Policies and Practice in Neonatal Nursing Related to Nutrition

Detta är en avhandling från Uppsala : Acta Universitatis Upsaliensis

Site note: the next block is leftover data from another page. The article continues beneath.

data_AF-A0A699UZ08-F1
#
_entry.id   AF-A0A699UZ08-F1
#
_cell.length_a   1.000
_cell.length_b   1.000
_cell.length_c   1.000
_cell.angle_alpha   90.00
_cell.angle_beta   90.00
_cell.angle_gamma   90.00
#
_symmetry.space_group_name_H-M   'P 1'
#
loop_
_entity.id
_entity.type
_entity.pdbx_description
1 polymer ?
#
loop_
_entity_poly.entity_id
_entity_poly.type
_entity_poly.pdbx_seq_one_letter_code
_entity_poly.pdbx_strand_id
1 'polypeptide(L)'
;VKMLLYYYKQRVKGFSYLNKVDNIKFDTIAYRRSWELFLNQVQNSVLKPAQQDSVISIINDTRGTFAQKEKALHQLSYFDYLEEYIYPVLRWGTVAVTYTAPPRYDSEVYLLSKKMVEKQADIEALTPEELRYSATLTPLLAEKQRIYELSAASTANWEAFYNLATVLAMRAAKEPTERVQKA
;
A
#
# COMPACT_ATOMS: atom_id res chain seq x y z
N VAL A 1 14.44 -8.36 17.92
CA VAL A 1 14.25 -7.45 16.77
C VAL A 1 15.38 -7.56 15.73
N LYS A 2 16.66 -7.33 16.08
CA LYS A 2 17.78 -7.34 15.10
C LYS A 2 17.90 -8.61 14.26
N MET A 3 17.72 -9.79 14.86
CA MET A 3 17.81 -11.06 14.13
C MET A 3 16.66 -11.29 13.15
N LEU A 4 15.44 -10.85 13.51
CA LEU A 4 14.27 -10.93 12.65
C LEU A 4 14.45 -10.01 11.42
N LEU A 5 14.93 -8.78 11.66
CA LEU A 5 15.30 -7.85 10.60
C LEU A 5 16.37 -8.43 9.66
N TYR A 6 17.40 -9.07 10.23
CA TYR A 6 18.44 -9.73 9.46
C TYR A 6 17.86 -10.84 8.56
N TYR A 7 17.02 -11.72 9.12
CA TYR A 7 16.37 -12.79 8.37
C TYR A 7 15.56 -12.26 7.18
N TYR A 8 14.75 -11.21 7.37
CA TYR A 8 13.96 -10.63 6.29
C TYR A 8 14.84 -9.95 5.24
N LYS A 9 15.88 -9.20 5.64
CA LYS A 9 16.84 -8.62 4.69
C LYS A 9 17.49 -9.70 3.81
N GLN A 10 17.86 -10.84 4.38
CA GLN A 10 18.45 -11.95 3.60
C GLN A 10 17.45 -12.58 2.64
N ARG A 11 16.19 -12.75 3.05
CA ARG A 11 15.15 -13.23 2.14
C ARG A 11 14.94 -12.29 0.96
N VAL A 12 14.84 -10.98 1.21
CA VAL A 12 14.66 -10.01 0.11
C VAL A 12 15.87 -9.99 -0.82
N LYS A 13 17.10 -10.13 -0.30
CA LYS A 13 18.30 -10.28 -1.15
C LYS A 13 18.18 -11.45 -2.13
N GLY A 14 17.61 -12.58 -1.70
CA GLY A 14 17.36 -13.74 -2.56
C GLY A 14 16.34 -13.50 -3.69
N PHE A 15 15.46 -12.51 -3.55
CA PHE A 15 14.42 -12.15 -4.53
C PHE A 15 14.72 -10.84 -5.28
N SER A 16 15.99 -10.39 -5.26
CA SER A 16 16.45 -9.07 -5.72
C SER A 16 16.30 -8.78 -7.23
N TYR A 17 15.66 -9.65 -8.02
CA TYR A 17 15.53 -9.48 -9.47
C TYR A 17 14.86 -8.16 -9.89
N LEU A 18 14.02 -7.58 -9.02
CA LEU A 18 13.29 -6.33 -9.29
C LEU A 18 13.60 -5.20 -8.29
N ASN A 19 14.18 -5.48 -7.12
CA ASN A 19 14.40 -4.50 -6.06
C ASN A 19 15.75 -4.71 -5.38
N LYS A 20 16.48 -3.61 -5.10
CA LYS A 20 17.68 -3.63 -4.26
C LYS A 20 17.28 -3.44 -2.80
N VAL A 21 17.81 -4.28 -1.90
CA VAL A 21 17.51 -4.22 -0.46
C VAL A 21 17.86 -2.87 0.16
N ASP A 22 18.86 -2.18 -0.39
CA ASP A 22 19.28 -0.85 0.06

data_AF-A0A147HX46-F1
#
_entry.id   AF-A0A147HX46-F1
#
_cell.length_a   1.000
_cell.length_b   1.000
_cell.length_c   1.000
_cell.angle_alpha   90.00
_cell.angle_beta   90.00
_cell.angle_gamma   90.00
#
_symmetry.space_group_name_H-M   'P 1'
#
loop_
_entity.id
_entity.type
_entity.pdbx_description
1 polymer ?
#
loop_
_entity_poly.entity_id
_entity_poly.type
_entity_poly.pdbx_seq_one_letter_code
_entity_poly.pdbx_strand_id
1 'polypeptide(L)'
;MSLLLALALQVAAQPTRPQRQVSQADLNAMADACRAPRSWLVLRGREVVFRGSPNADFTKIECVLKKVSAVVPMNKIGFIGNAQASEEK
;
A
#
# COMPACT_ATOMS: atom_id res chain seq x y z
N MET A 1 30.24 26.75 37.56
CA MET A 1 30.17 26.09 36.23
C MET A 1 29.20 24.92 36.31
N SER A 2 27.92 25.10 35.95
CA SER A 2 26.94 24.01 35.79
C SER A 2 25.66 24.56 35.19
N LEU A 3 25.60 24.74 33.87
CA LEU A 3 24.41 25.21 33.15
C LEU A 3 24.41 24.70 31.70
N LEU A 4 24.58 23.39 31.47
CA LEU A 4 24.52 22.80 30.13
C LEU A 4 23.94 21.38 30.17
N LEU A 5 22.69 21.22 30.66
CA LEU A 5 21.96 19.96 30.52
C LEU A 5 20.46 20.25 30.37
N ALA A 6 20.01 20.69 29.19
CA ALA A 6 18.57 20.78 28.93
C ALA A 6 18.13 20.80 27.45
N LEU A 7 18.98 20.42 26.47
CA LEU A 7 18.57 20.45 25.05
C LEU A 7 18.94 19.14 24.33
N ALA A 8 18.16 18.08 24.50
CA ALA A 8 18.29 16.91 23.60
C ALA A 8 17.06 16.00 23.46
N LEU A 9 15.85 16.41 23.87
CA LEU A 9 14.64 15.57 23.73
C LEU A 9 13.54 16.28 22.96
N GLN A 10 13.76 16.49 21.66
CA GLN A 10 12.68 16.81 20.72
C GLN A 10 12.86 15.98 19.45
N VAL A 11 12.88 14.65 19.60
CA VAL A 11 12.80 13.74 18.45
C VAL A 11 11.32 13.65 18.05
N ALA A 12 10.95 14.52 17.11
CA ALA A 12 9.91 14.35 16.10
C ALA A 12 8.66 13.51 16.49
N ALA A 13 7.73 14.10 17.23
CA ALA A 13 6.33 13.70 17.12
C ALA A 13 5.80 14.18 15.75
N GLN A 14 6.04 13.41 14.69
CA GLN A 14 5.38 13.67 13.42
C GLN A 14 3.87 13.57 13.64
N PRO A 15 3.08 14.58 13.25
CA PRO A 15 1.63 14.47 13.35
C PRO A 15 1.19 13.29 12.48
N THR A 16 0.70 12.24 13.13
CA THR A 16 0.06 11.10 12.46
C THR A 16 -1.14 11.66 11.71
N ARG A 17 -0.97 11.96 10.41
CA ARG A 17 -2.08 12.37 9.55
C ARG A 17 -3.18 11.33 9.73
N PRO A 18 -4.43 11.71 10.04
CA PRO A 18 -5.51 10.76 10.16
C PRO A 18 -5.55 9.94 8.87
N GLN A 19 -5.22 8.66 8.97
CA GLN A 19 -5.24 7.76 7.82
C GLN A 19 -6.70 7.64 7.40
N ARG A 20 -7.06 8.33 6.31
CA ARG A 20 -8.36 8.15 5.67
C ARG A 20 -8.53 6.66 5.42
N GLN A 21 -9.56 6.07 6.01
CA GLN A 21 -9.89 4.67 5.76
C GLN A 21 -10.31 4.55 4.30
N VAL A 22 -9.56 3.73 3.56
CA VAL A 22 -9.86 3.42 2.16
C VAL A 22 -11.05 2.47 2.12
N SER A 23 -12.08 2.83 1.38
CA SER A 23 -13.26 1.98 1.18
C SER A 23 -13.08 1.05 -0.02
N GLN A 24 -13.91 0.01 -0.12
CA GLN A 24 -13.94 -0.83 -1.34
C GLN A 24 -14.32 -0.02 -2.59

Sammanfattning: The aim of these studies was to increase knowledge about hospital feeding routines in high-risk neonates. A retrospective medical chart review procedure was used to study routines at the neonatal units of two Swedish hospitals. In Papers I and II, the sample (Uppsala n=21 and Umeå n=21) comprised of small for gestational age (SGA) infants, in Papers III (Uppsala n=64 and Umeå n=59) and IV (n=127), the samples comprised of appropriate for gestational age (AGA) infants.Paper I indicated large enteral/oral milk volumes rendered i.v. administration of glucose unnecessary, reduced weight loss and helped SGA infants regain birth weight earlier. More rapid postnatal growth did not remain up to 18 months with corrected age in any growth variable (Paper II).In Paper III, effects were compared whether the infants’ volume of breast milk intake in hospital was estimated by “clinical indices” or determined by test-weighing. Infants treated in hospitals where test-weighing was practised attained exclusive breastfeeding at an earlier postmenstrual age (PMA), and they were discharged at an earlier PMA. However, the two study units were similar regarding the proportion of infants attaining exclusive breastfeeding. Paper IV revealed preterm AGA infants with higher standard deviation scores (SDS) at birth had more negative changes from birth to discharge for all growth variables.Conclusions: Papers I and II indicated that early initiation of enteral/oral feeding with proactive increases in milk volume was beneficial short term. No evidence was found for a proactive nutrition regimen with initial large volumes of milk resulting in a different pattern of growth up to the corrected age of 18 months. Test-weighing before and after breastfeeding might help infants to attain exclusive breastfeeding at an earlier PMA (study III). Finally, preterm AGA infants with higher SDS at birth are at higher risk of inadequate growth during their hospital stay (study IV).